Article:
## 1.Codeforces 961F k-substrings

Main idea: given a string, for all its substrings K − substrings k-substrings\;k − substrings, ask its prefix and suffix the same maximum length, and the length must be odd, if not, then it is 1 \; - 1 \; - 1. K − substrings k-substrings\;k − substrings are defined as follows: for each string, delete i i\;i characters at the beginning and end of each string.

Design idea: for this problem, we consider using the string Hash\;Hash to solve. First, consider the simple enumeration idea, that is, for a substring, enumerate all odd prefixes and suffixes from large to small, and then judge whether they are equal according to Hash value. In the worst case, the complexity will reach O(n2) O(n^2)\;O(n2), even if 4s 4s\;4s is not enough. Observe the characteristics of strings. When calculating the maximum common prefix and suffix of I i\;i, because each substring shrinks from two ends to the middle, there is such a result as res[i] − 2 ≤ res[i+1] res[i]-2 ≤ res[i+1]\;res[i] − 2 ≤ res[i+1], as shown in the following figure:

- 2. res[i+1]+2\;res[i] ≤ res[i+1]+2, the problem is just to find the maximum value. According to this equation, we can get the result + 2 of the longer substring that will not be shorter, so we start enumeration from the middle, and then for each substring, we start from the last result, step by step - 2, to judge whether the Hash value is equal.

## Solution:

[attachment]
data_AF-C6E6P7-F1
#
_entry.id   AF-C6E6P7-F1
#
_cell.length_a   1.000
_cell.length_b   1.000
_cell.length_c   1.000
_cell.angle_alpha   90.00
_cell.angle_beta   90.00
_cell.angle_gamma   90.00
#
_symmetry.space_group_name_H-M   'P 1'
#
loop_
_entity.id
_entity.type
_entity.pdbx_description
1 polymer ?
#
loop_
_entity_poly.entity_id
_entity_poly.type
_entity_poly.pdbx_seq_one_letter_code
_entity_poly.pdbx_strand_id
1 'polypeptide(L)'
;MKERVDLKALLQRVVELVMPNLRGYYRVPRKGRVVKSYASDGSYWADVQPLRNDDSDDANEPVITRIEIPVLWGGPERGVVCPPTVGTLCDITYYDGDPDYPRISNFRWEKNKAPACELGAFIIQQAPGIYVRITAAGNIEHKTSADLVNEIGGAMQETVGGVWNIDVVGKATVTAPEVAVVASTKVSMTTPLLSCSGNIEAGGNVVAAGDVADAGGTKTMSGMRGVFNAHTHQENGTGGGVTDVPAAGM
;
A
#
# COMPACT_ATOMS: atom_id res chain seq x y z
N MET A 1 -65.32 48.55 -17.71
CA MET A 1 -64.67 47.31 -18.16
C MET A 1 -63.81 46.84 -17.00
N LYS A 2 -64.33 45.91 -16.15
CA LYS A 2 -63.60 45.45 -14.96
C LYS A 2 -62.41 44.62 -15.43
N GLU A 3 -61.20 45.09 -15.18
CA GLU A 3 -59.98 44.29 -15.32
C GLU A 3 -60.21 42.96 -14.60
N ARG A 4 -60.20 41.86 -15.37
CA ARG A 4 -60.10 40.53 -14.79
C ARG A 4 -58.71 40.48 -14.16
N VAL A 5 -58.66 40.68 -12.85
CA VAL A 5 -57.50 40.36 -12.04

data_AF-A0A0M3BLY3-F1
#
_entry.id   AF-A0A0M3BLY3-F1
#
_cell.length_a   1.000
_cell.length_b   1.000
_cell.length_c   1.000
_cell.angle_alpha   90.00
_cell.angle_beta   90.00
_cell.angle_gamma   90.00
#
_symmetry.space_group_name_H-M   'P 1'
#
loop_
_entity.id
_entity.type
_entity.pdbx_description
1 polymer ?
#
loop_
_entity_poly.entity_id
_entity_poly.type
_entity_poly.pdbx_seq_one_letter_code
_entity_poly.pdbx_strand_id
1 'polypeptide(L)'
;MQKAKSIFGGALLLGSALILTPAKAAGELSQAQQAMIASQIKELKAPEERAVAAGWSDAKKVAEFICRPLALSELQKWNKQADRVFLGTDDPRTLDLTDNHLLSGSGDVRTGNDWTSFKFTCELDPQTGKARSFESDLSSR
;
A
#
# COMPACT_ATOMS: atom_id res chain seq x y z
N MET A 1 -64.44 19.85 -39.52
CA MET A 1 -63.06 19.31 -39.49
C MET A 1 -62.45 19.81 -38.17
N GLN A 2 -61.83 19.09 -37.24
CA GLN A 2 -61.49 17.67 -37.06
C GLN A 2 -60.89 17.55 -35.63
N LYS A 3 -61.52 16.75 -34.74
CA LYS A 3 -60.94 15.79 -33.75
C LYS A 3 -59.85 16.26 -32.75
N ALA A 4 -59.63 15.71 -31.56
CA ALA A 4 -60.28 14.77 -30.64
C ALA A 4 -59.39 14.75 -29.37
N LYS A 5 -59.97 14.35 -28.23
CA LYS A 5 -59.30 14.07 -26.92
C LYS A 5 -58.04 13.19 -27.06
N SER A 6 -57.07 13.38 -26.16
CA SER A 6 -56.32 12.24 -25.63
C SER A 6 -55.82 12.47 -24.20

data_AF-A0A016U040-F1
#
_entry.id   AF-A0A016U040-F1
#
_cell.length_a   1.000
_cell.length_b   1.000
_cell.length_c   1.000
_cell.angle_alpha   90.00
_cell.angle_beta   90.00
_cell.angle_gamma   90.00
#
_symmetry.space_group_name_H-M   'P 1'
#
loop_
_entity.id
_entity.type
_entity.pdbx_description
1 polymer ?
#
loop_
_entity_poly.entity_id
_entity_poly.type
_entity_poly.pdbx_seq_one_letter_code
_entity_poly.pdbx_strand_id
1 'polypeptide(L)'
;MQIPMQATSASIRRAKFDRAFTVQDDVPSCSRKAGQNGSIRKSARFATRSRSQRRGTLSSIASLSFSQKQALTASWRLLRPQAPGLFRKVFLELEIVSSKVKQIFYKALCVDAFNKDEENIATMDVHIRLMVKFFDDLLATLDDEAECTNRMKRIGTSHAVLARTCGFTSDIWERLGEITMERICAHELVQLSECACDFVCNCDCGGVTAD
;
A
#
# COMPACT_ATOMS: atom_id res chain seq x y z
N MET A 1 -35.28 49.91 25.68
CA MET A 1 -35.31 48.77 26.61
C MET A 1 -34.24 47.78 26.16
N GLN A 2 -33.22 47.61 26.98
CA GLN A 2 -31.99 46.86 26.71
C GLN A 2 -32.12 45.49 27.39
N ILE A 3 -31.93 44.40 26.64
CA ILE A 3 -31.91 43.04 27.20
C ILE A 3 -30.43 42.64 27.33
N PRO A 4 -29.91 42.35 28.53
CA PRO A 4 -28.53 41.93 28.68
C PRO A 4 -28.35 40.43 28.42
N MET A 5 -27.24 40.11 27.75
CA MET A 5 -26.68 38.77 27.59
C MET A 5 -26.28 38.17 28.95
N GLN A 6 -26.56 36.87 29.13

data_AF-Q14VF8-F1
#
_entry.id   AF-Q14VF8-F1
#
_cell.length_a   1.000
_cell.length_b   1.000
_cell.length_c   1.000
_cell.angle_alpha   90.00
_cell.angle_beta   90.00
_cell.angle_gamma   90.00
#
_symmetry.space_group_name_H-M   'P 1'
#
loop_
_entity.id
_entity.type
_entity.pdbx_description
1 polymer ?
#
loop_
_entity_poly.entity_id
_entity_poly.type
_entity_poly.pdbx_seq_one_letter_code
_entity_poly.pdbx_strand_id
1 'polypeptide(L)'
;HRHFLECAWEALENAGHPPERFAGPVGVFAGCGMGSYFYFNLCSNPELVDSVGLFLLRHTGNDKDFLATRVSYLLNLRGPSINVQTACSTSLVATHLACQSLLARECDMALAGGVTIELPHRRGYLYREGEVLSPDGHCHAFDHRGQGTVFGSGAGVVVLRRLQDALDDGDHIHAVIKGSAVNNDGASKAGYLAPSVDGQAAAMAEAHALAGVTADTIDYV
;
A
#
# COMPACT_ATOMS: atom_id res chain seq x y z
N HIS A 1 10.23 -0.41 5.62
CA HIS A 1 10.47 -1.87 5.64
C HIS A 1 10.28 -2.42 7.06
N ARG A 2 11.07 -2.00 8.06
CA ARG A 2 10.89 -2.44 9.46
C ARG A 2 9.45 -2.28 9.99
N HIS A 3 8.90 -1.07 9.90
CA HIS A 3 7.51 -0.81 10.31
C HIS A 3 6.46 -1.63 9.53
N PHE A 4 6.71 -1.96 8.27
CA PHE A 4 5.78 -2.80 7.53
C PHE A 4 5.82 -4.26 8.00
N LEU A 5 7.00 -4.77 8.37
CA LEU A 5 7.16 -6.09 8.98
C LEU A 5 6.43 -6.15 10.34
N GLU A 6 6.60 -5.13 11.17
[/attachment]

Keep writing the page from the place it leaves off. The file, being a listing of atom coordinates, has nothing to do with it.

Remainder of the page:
#include<bits/stdc++.h> using namespace std; typedef long long ll; const int maxn = 1e6 + 5; const ll base = 131; const ll mod = 1e9 + 7; ll Hash[maxn], b[maxn]; char ch[maxn]; int n, t, res[maxn / 2]; inline int read() { int t = 0; char ch = getchar(); while (ch < '0' || ch > '9') { ch = getchar(); } while (ch >= '0' && ch <= '9') { t = (t << 3) + (t << 1) + (ch ^ 48); ch = getchar(); } return t; } inline void write(int t) { if (t < 0) { putchar('-'); t = -t; } if (t > 9) { write(t / 10); } putchar(t % 10 + '0'); } inline void init() { b[0] = 1; for (int i = 1; i <= n; i++) { b[i] = (b[i - 1] * base) % mod; } for (int i = 1; i <= n; i++) { Hash[i] = (Hash[i - 1] * base + ch[i] - 'a' + 1) % mod; } } inline ll get_hash(int l, int r) { return ((Hash[r] - Hash[l - 1] * b[r - l + 1]) % mod + mod) % mod; } inline void solve(int x) { int y = t + t - x; if (!(n & 1)) //It's still a parity problem. When the number is even, the right boundary is + 1. You can find it by simple simulation { y++; } for (int i = res[x + 1] + 2; i >= 1; i -= 2) //Enumeration from last result { if (get_hash(x, x + i - 1) == get_hash(y - i + 1, y)) { res[x] = i; return; } } res[x] = -1; return; } int main() { n = read(); scanf("%s", ch + 1); init(); t = n / 2; //Deal with odd and even string length respectively if (n & 1) { t++; res[t] = -1; //For an odd length string, the length at both ends is symmetric with respect to a character. The characters in the middle must have no prefix or suffix } else { if (ch[t] == ch[t + 1]) //Even length can be compared with the middle two characters { res[t] = 1; } else { res[t] = -1; } } for (int i = t - 1; i > 0; i--) { solve(i); //Start enumeration from the middle, and then solve the longer substring } for (int i = 1; i <= t; i++) { write(res[i]); if (i == t) { putchar(10); } else { putchar(' '); } } return 0; }